The Menus: Dinner for 15 Under $300 (see below)
Cocktails for 20 Under $200
Cookies for 20 Under $100
According to A-list event planner Mindy Weiss, the last thing most parties need is more. "Don't stress thinking 'More is more,'" says Weiss, who has handled over-the-top (yet somehow stress-free) celebrations for, among many others, Ellen DeGeneres, Ashlee Simpson, Eva Longoria Parker, Nicole Richie, Jennifer Lopez and Marc Anthony. Take the menu choices. You don't need to pile on exotic or trendy dishes. "I most often find when the client says, 'We need more,' what actually gets eaten is the familiar." As for the decor, remember that "this is your home, not a ballroom." Rather than try to turn your living room into Christmas at the Ritz by buying loads of holiday-specific decorations, "use things you have in your house – that crystal bowl you got as a wedding gift that you don't know what to do with."
Applying that philosophy, Weiss took on PEOPLE's challenge: a full sit-down dinner for less than $300, cocktails for $200 and a dessert party for $100. Doable? "Absolutely," says Weiss. With that budget, "You can entertain in a high-end manner." And don't feel you must follow her every suggestion exactly, she advises. "Get ideas, get inspiration. But put your own personality in too. That's the thing people remember."
Dinner for 15 Under $300To make your holiday dinner a big, expansive affair for 15, go with a buffet rather than passed platters, says Weiss. "I love buffets. A full table makes people feel warm, cozy and secure." Alongside favorite foods, Weiss works in decorative touches. "I pull things from my house and make it an art piece – Lalique statues next to the Brussels sprouts – those things in your home that you think, 'What am I going do with that?'" Or she'll hit flea markets for "vintage Indians and pilgrims." The menu is familiar – and affordable because of it: "The places that sell turkey and cranberries are buying masses of it." But she also thinks people should veer from the standards to "bring in something you grew up with." If homemade pie isn't one of your traditions, fine. It isn't one of hers either. "I stand in line at the bakery for my pie."
The Menu: Roasted Whole Turkey and Gravy
Carrot Pudding Soufflés
Roasted Whole Turkey and Gravy1 tsp. black peppercorns
1 tsp. Sichuan peppercorns
1 tsp. coriander seeds
2 whole cloves
½ tsp. star anise pieces
4 tsp. coarse sea salt
2 tbsp. finely grated peeled ginger (a 5-in. piece)
2 tbsp. finely grated garlic (8 cloves)
2 tbsp. unsalted butter, softened
1 (14 lb.) turkey at room temperature 1 hour, reserving neck and giblets (discard liver)
2 tbsp. vegetable oil
2 bunches scallions, coarsely chopped
2 carrots, coarsely chopped
2 celery ribs, coarsely chopped
6 (¼-in.-thick) slices fresh ginger
1 cup Chinese rice wine, such as Shaoxing, or medium-dry sherry
4 to 5 cups reduced-sodium chicken broth
1 tbsp. soy sauce
3 tbsp. cornstarch
Equipment: an electric coffee/spice grinder; kitchen string; a V-shaped roasting rack; a 17- by 14-in. roasting pan; a 1-quart measuring cup; a fat separator (optional)
To prepare turkey:
1. Preheat oven to 450ºF with rack in lowest position.
2. Toast spices with sea salt in a dry small heavy skillet over medium-low heat, stirring occasionally, until fragrant and coriander is a shade darker, 8 to 10 minutes. Transfer to grinder and pulse until finely ground. Reserve 1 tsp. spice mixture, then stir together remaining spice mixture with grated ginger, garlic, and butter to form a paste.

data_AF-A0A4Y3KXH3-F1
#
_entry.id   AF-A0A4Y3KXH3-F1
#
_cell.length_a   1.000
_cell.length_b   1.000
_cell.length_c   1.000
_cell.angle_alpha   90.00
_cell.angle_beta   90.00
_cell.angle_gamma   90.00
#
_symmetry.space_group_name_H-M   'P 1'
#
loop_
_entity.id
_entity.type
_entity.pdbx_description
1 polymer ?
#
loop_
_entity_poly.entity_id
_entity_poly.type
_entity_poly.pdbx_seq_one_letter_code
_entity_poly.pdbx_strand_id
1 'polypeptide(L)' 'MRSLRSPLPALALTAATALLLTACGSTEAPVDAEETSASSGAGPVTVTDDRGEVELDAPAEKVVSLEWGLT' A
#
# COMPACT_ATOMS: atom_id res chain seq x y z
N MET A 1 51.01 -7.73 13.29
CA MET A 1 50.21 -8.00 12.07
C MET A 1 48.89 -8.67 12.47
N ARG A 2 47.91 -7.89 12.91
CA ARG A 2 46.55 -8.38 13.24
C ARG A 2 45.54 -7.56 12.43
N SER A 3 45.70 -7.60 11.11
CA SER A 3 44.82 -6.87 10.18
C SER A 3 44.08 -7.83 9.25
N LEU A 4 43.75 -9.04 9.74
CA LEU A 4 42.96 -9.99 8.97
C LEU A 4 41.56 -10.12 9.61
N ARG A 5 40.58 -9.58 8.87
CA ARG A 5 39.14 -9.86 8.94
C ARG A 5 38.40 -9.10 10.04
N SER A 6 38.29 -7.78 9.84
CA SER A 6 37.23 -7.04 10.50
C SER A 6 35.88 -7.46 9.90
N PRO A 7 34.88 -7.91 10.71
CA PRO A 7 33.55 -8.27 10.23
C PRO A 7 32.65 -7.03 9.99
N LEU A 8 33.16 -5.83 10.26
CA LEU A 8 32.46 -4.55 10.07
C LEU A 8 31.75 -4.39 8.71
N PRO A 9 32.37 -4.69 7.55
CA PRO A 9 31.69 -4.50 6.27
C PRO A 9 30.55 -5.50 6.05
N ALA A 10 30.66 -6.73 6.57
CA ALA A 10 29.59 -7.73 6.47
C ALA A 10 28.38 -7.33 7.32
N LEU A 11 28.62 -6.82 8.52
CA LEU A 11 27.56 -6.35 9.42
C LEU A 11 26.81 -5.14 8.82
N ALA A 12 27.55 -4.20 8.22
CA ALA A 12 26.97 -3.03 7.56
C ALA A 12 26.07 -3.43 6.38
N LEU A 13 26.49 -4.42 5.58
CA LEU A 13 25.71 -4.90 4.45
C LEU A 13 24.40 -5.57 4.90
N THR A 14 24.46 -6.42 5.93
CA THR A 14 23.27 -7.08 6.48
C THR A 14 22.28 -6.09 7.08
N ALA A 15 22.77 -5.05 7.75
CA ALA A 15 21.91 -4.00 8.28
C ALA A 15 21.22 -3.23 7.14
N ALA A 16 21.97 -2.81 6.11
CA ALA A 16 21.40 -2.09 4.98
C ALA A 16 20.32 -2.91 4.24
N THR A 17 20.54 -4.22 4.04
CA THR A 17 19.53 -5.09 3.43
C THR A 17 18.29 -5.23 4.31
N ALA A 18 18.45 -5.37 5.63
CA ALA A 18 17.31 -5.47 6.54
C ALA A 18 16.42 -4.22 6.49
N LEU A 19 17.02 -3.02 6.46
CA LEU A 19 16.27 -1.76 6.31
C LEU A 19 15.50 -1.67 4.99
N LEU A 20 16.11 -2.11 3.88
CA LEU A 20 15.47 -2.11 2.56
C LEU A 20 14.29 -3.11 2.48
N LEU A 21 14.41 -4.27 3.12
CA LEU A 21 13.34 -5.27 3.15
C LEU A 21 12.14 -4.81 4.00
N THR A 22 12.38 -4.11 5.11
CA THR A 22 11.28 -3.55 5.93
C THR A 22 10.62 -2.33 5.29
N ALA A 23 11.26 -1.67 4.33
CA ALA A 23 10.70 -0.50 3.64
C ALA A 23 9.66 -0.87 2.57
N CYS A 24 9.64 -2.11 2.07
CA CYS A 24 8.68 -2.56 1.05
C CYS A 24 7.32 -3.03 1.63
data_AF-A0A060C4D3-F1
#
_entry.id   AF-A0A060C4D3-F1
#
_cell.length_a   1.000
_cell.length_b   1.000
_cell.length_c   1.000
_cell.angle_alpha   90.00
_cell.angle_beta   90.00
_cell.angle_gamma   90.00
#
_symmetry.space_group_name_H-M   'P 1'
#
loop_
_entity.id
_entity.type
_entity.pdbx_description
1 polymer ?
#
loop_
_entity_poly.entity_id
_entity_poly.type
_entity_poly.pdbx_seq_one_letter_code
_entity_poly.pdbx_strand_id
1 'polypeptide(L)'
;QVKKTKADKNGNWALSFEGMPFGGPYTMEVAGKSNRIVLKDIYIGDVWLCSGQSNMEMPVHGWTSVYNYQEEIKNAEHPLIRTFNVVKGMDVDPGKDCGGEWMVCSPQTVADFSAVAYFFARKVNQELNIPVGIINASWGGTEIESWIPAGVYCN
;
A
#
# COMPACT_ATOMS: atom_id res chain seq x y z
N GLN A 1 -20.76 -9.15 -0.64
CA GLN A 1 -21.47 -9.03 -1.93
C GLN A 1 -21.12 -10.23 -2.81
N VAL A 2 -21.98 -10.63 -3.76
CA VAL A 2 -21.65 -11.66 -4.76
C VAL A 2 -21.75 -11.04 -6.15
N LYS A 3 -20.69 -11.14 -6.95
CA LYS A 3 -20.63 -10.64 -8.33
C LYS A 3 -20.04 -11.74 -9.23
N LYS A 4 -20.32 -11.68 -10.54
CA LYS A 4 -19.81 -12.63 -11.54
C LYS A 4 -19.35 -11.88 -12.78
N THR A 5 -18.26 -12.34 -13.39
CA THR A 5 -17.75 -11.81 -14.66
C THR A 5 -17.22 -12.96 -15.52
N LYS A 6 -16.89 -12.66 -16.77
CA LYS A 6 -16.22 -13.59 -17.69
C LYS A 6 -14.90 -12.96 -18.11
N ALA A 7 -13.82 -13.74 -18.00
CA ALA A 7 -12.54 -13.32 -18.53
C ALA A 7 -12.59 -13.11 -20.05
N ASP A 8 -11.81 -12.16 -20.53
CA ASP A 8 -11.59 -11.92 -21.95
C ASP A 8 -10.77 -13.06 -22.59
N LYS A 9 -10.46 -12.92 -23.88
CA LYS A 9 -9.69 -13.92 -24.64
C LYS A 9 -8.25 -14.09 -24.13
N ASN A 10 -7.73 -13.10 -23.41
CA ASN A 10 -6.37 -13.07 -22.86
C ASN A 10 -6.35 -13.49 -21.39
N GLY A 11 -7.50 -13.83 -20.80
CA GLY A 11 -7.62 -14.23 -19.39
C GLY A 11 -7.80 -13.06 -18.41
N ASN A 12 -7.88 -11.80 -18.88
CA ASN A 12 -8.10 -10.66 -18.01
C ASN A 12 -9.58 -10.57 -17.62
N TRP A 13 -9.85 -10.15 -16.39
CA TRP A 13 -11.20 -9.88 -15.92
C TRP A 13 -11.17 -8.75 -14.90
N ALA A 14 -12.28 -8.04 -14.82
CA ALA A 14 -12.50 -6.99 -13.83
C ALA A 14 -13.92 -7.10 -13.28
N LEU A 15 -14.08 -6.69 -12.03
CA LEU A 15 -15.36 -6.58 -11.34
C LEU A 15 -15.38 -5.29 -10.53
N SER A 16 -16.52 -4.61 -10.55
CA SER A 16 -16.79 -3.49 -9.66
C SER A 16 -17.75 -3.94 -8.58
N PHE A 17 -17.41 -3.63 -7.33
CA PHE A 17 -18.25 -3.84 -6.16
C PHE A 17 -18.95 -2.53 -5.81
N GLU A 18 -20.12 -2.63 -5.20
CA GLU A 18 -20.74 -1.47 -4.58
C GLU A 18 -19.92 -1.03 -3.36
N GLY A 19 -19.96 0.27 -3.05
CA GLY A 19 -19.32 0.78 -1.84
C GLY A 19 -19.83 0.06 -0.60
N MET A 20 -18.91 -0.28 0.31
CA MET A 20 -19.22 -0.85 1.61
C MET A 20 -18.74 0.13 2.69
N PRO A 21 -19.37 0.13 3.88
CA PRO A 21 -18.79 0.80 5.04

3. Rinse turkey inside and out, then pat dry. Fold neck skin under body. Starting at large cavity end of turkey, gently slide your fingers between skin and flesh of breast and legs to loosen skin, being careful not to tear skin. Using a spoon, slide spice paste under skin of turkey breast and legs, pushing butter out of spoon with a finger on outside of skin (do not put spice paste under turkey skin in advance). Tie drumsticks together with kitchen string and tuck wings under body.
4. Pat giblets and neck pieces dry and cut into 1-in. pieces. Heat vegetable oil in a 12-in. heavy skillet over medium-high heat until it shimmers, then sauté giblets and neck pieces, stirring occasionally, until golden, about 5 minutes. Add scallions, carrots, celery, and sliced ginger and sauté, stirring, until lightly browned, about 8 minutes.
5. Add rice wine and boil, stirring and scraping up any brown bits, 1 minute. Stir in 4 cups broth, soy sauce, and reserved tsp. spice mixture and bring to a boil. Pour mixture into roasting pan, then set rack in roasting pan, arranging neck pieces and vegetables around rack as necessary (liquid should be just below bottom of rack).
6. Roast turkey on rack, rotating pan 180 degrees halfway through roasting, until an instant-read thermometer inserted into fleshy part of thighs (test both, close to but not touching bone) registers 170ºF, 1 ½ to 2 hours.
7. Carefully tilt turkey so juices from inside large cavity run into roasting pan, then transfer turkey to a platter, reserving juices in roasting pan. Let turkey stand, uncovered, 30 minutes (temperature of thigh meat will rise to 175º).
8. Make gravy while turkey stands: Strain pan juices through a large fine-mesh sieve into 1-quart measure, pressing hard on and then discarding solids, and let stand until fat rises to top. Skim off and discard fat. (If using a fat separator, pour pan juices through sieve into separator and let stand until fat rises to top, 1 to 2 minutes. Carefully pour pan juices from separator into measuring cup, discarding fat.) You should have 4 cups stock. If there is less, add more broth. If there's more, boil to reduce. Transfer all but ½ cup stock to a heavy medium saucepan and bring to a boil.
Whisk together cornstarch and ½ cup reserved stock in a small bowl until smooth, then whisk into boiling stock and boil, whisking occasionally, 2 minutes. Serve turkey with gravy.
Carrot Pudding Soufflés >